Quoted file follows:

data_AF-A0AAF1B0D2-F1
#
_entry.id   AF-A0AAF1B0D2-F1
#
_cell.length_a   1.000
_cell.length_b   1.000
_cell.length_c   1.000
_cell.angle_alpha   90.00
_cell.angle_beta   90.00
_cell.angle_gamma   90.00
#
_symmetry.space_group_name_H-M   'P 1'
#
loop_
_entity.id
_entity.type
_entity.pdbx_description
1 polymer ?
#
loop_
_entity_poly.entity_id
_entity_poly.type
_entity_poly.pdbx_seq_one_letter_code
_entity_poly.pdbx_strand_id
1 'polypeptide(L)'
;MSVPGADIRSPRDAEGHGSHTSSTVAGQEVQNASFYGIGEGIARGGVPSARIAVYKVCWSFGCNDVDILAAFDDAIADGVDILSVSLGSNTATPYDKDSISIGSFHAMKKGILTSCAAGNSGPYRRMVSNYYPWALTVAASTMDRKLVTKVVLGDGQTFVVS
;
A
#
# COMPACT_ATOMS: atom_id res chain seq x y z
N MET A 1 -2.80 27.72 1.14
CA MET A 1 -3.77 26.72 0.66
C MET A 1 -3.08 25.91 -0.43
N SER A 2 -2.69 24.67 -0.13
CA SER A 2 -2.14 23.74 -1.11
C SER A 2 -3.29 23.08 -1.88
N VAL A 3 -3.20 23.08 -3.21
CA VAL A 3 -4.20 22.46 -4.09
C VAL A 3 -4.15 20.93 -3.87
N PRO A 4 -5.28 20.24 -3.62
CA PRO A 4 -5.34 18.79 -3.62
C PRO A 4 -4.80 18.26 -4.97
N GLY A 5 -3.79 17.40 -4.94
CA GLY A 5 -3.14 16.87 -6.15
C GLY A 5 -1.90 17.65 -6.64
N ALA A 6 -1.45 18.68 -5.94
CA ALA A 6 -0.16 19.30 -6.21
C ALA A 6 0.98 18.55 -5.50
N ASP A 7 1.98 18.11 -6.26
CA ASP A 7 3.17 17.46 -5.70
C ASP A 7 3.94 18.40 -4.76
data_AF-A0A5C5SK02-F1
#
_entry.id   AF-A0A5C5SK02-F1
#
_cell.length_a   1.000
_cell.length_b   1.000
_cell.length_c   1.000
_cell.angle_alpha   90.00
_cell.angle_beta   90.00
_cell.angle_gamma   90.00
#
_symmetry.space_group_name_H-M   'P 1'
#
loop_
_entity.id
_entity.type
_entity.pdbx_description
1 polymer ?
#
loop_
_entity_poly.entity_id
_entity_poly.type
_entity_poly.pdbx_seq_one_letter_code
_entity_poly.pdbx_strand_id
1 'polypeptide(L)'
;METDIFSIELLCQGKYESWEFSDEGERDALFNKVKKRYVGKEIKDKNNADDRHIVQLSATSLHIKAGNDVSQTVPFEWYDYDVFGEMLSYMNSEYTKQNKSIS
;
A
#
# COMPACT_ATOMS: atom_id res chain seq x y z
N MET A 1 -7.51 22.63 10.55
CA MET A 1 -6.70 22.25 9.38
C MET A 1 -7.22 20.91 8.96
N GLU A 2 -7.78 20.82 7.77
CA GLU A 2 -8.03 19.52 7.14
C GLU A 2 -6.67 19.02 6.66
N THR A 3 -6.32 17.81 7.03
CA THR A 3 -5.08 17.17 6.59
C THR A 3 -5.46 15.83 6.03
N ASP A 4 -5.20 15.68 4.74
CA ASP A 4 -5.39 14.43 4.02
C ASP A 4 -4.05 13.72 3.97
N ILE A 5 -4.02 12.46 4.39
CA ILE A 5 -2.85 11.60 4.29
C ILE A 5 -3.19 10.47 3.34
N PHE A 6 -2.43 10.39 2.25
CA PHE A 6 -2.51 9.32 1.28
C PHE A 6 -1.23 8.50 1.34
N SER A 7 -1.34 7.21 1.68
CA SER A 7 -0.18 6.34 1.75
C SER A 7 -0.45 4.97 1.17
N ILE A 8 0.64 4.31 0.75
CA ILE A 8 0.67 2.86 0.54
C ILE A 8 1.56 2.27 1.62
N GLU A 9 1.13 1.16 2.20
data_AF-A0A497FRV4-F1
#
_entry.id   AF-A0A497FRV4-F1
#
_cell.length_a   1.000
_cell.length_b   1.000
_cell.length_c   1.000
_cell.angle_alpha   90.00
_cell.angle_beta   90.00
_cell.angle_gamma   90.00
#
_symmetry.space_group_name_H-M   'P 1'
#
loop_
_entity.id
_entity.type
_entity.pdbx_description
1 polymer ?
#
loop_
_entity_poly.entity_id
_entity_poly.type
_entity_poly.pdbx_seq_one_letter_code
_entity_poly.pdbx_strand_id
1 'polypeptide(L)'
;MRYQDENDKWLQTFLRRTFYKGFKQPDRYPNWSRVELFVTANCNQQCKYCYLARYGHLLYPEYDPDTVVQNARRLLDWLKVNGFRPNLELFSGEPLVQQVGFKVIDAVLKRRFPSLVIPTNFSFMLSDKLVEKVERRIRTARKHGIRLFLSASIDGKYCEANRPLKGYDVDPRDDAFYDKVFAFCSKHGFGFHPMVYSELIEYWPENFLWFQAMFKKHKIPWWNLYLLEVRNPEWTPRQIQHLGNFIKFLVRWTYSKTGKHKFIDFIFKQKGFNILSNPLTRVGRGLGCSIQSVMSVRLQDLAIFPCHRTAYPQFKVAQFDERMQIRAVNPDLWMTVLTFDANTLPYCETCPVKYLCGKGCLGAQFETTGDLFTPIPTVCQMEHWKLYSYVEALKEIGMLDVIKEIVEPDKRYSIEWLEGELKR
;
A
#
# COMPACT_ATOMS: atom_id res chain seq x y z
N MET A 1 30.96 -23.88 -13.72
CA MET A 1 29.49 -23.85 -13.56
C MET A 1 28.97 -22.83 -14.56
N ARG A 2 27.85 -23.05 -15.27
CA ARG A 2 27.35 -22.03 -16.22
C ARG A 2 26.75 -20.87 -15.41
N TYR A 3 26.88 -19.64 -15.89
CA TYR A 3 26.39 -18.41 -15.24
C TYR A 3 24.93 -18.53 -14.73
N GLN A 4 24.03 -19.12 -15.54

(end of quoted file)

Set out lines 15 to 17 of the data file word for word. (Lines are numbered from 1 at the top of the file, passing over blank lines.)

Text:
_entity.id
_entity.type
_entity.pdbx_description